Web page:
A new EU regulation could see fishermen leaving £165 million worth of fish uncaught a House of Lords committee has said.
A new EU 'landing obligation' will come in to force on January 1 following a four year phasing-in period which will see fishers landing fish which are in excess of their quota where previously they discarded the extra fish.
Legislators said they hope that this will put an end to fish being wasted in this way, encourage fishers to be more selective about what they catch and improve knowledge of what fish are caught.
The EU Energy and Environment Sub-Committee has heard, however, that this could have a devastating impact on the UK fishing industry. Without being able to discard fish, fishers may reach their quotas much earlier in the year – particularly in ‘mixed fisheries’ where it will be hard to avoid catching a species for which there may be a very low quota.
Committee member Lord Krebs said: "Maintaining the health of our oceans by fishing at sustainable levels is critically important, and the landing obligation was introduced to help make sure this happens. So it is deeply concerning that so many people — fishers, environmental groups, even the enforcement agencies themselves — do not think these new rules can be implemented from January 1."
The Committee heard that fishers could hit their quota for some species in some areas within a few weeks of the landing obligation coming into force, forcing them to choose between not fishing for the rest of the year and breaking the law by continuing to fish for other species and discarding anything caught over quota. One estimate suggests £165 million worth of fish could remain uncaught in 2019 due to fishers having to stop fishing early.
The Committee also heard, however, that enforcement agencies lack the capability to be able to implement the landing obligation. Ensuring compliance with the new rules requires the ability to monitor fishers at sea, to observe if any discarding occurs. Patrol vessels are an expensive resource that can only ever cover a small percentage of the fishing fleet at any one time. On-board CCTV is largely held to be the most effective and efficient way to monitor activity at sea, but few boats in the UK currently have this installed and the UK Government will not mandate it unless other EU countries do the same, for fear of putting UK fishers at a disadvantage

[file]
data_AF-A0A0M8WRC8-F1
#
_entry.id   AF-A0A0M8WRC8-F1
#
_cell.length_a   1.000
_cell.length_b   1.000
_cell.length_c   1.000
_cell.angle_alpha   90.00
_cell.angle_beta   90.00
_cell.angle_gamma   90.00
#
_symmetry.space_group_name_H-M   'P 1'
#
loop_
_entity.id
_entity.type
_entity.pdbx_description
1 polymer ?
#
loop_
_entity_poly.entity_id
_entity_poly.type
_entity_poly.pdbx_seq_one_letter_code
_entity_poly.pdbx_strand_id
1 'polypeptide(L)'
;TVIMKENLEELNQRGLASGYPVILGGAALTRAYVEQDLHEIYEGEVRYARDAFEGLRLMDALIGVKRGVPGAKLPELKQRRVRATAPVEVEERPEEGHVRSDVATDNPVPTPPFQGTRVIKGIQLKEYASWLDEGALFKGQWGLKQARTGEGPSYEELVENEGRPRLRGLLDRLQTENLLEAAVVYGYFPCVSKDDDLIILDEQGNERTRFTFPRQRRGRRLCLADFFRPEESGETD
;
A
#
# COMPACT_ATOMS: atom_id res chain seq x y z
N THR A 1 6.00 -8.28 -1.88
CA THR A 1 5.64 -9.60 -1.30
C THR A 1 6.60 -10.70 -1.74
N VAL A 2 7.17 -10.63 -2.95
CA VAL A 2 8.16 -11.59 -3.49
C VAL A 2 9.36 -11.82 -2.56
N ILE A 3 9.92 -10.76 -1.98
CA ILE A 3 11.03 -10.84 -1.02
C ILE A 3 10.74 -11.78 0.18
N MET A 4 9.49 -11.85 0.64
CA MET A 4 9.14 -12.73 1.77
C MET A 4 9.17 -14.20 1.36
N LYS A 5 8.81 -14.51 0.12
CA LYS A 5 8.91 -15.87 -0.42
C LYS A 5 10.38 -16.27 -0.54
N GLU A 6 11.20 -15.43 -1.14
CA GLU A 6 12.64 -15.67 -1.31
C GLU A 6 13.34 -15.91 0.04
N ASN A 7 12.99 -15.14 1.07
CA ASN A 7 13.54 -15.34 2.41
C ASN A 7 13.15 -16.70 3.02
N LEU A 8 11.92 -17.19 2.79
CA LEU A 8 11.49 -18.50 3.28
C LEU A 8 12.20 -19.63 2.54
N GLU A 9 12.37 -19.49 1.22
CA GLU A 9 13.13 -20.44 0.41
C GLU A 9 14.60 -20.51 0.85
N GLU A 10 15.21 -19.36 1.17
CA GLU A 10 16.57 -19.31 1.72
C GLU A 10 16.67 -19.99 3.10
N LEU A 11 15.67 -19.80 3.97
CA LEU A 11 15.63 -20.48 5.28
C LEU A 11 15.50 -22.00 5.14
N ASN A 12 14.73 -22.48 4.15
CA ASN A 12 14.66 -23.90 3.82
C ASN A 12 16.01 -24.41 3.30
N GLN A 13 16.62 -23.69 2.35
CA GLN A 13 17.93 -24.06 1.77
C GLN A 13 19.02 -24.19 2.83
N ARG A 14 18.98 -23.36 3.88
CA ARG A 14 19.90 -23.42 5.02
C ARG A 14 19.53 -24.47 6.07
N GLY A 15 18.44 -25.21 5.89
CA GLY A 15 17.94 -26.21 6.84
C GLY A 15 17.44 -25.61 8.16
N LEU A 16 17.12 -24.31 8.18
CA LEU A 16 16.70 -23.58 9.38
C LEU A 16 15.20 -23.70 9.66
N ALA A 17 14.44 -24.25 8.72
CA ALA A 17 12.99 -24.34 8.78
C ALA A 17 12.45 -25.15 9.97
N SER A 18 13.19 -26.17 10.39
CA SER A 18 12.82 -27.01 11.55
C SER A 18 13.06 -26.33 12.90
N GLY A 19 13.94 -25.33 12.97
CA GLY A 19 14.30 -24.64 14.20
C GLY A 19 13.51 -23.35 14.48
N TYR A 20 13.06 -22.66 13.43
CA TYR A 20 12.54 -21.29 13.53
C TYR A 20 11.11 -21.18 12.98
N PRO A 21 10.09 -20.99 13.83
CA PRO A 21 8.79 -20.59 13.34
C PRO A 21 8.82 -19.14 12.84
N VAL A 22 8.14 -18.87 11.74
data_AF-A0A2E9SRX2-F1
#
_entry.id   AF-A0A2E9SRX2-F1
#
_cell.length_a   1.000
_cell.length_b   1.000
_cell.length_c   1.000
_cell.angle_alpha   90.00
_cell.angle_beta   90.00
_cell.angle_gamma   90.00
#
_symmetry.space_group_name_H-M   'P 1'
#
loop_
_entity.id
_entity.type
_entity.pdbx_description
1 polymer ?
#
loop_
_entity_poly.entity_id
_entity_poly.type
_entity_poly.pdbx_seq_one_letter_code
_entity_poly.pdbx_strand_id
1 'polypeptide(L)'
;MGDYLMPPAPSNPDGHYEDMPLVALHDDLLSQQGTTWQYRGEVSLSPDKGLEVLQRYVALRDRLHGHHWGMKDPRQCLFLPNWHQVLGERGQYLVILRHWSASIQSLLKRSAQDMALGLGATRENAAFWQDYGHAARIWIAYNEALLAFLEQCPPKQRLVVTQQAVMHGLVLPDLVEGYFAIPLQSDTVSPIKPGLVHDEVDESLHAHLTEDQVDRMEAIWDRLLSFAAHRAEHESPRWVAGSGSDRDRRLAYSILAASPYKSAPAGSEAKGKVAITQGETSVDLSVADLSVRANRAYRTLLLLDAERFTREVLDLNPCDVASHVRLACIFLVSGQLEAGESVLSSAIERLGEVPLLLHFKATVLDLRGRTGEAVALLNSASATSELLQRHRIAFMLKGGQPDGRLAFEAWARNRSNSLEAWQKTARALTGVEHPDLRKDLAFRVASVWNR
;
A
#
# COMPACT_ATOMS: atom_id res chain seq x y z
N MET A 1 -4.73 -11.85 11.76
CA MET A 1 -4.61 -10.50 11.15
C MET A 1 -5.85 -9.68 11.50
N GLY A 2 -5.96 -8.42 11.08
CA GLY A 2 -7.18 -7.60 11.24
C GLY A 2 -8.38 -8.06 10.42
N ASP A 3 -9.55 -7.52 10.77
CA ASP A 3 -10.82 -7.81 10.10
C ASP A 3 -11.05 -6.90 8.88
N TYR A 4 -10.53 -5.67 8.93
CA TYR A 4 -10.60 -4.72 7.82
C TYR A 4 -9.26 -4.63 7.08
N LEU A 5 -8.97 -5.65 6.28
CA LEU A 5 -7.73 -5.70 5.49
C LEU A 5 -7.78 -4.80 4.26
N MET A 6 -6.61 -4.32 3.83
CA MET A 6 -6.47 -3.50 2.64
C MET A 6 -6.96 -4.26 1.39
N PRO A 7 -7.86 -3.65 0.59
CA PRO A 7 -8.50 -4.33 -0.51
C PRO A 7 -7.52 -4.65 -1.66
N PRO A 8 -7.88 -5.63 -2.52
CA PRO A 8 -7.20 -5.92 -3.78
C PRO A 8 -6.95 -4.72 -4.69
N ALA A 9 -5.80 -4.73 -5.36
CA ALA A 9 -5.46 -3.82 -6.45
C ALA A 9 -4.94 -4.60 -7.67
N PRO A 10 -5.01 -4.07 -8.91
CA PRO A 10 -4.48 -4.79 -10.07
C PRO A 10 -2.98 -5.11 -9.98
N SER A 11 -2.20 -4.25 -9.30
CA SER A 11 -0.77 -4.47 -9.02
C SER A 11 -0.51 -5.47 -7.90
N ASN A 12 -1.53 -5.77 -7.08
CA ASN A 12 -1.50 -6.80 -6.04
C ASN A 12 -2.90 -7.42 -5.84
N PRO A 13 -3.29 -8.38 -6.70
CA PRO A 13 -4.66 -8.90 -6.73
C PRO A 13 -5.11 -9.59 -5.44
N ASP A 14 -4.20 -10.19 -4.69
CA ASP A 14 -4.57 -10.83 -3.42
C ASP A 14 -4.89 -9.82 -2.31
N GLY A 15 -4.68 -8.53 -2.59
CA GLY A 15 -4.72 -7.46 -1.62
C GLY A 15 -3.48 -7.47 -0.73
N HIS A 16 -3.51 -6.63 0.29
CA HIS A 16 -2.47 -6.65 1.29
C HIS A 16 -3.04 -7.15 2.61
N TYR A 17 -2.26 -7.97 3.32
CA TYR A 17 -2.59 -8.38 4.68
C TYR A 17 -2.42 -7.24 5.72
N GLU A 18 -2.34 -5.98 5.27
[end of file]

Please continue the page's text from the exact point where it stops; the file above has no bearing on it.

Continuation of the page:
Lord Kreb added: "It is obvious that the UK Government does not have the resources in place to monitor compliance; nor have they used the opportunity of the phased introduction to make the changes to quote allocations of promoted the use of selective fishing practices that might alleviate some of the risk to fishers’ livelihoods.
"January 1 should be the start of a new era of more sustainable, less wasteful fishing, but most people we spoke to thought nothing would change – fishers will continue to discard, knowing the chances of being caught are slim to none and that to comply with the law could bankrupt them.
"When the Fisheries Minister is making his New Year’s resolutions, I would urge him to put sorting this issue out at the top of his list.”